A guest post by Noah Berlatsky, from his new book The Hammer Dracula Films: And Other Vampires. Which is great stuff that you should check out.
You can’t see a vampire in the mirror for the simple reason that the vampire is your reflection. The monsters onscreen are projections of human desires. Hammer audiences lick their fangs with Christopher Lee at all the delicious bosoms beckoning. Dracula pierces the exposed neck with a phallic oomph, just as the vampire hunter drives his rigid stake into the nubile beauty’s trembling form. Lust and blood drive both the living and undead; the population of Stephen King’s Jerusalem’s Lot is murdered by proliferating vampires, and then murdered again by the heroic vampire killers. First the vampires rage through the town like a consuming fire, and then, at the end of the book, they are themselves consumed. The same townspeople are destroyed once, then twice— as if the first time was so much fun it needed to be rewound and watched again.
In King’s Salem’s Lot (1976), the fact that the vampires are in fact, just us, is the point of the novel and its horror. King hates the people of Jerusalem’s Lot, and ...
Well that was a pleasant surprise, albeit on the whole more pleasant than surprising. It’s not quite fair to say that bottle episodes are easy to do well, because they’re very definitely not, but once you’ve got them working they tend to end up with enough momentum to pull off impressive things. “Detained” is a case in point. It doesn’t shed Class’s persistent problem of never aspiring to anything more than cliches done well, but it does at least manage to take the cliche to an interesting place that’s based firmly on what Class can do as a show.
What that is, given the singular lack of an original idea at any point so far this season, is good character work with an impressive ensemble. Which is maybe an obvious thing to say about a bottle episode - character work is what they inevitably end up hinging on. But “Detained” is a bracing reminder of just how good a cast of characters the show has. Even Matteusz and Charlie, who have generally been the weak links in the cast, get moments to shine here. The use of Matteusz as the first person to pick up the stone on one level ...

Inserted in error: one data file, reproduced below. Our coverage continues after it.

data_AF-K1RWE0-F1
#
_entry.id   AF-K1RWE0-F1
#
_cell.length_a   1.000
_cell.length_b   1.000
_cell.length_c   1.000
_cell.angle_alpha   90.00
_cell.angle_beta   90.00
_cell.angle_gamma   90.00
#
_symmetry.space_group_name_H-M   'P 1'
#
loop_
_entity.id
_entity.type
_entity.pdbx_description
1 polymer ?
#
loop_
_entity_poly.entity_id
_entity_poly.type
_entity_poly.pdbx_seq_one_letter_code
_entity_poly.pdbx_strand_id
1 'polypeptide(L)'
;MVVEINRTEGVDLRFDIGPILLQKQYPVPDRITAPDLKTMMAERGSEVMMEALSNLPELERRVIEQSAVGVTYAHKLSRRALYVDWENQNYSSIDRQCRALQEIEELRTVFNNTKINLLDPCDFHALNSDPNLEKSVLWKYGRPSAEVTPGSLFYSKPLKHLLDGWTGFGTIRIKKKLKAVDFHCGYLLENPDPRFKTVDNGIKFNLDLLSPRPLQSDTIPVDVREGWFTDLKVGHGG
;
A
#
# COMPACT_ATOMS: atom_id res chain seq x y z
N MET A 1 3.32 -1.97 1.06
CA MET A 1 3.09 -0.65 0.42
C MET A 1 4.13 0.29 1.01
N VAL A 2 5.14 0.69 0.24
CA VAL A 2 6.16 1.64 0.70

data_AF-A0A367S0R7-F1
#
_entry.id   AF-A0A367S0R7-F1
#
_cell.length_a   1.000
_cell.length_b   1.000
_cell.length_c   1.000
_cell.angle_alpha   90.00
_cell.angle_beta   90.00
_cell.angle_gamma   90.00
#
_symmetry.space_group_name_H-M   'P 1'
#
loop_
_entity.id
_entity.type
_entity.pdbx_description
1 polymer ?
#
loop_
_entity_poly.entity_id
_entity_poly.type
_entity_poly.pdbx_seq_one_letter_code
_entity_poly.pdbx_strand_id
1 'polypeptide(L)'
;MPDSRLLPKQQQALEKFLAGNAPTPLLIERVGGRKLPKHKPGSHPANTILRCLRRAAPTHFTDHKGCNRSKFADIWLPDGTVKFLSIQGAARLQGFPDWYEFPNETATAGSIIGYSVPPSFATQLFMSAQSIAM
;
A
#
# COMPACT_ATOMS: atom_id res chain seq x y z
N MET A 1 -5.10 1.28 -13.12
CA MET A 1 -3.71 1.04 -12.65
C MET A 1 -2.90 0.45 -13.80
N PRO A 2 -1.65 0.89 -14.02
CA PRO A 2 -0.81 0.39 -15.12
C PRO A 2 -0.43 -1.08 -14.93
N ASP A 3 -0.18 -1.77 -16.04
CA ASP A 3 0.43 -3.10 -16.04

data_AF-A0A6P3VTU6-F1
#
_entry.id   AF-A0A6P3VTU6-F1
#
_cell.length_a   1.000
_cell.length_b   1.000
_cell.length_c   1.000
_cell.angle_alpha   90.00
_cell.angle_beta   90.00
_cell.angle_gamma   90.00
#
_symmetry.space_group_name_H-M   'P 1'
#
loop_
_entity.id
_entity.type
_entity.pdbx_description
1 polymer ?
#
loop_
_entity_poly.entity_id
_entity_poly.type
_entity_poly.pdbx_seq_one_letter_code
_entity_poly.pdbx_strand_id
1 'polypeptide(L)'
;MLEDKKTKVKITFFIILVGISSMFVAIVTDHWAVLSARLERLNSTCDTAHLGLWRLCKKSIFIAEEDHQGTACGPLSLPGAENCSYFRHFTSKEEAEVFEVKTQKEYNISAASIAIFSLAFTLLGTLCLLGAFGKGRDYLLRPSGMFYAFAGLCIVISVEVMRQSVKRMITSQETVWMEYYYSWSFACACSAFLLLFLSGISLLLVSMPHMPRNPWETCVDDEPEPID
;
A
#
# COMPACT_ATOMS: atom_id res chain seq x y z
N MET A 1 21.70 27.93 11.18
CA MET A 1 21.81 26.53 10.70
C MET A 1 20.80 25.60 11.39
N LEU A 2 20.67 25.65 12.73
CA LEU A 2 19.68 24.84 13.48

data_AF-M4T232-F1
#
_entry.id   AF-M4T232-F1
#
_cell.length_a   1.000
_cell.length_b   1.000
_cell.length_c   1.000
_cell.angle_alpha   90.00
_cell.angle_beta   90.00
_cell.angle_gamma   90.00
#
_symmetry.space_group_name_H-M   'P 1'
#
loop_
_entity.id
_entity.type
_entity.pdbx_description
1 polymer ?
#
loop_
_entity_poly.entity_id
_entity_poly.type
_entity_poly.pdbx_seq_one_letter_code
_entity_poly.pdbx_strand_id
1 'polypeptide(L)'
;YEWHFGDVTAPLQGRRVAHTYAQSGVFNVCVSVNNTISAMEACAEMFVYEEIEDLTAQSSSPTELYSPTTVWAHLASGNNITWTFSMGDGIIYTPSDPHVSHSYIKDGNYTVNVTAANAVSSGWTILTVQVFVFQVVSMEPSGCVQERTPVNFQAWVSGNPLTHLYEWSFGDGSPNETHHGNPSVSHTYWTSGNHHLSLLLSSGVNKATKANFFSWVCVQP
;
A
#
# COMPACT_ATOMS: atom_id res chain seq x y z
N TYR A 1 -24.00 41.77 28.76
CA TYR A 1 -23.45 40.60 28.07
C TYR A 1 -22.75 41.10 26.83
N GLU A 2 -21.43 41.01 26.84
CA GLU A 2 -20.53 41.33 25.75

This one has been a long time coming, I'm afraid, mostly because A) I took an extra week to get the book read, B) one recorded, I took my sweet-ass time getting the damn thing edited and C) this fucking election has taken basically all of my intellectual and creative energy over the last few weeks. Thankfully on the last, the election is now over, and all is back to something like normality, right?
Anyway, in this episode James is back and we're chatting Frank Herbert's Dune. I know there was some question about whether we'd be talking about the whole series or any of the ancillary material, but the original novel is more than enough I think for a single podcast episode. If James is up for returning to this universe in the future, we might do supplemental bits, but that's not on the agenda anytime soon.
Go give it a listen, if you like. If nothing else, an extended chat about the Great Houses of the Landsraad and the difficulties of resource allocation should completely distract us from the shitshow that 2016 has become. Or, you know, not.
Or 'Faeces on Trump 2½'
Or 'Fasces on Trump'
So, a lot of people seem to be talking about fascism these days. It's the 'next big thing' stateside, they say. There are even some people who say it could catch on here in the UK. So I thought I'd take a moment to have a look at it and tell you what I think. So here goes.
First, a disclaimer: There are many perspectives on fascism. I've just written down mine. I have not gone into others here which I don't agree with. Because they're wrong, and the people who hold them WILL be punished.
Oh, and another disclaimer: Fascism shouldn’t be reified into a 'thing' that can be easily and neatly classified. Fascism is a spectrum, not a discrete alien phenomenon. Fascism has contained many variations which have almost as many differences from each other as they do similarities: Italian Fascism, German Nazism, Spanish Falangism, possibly even Japanese militarism (this is hotly debated and I know comparatively little about it… which is my eurocentricity showing). Even so, certain essential common features can be delineated ...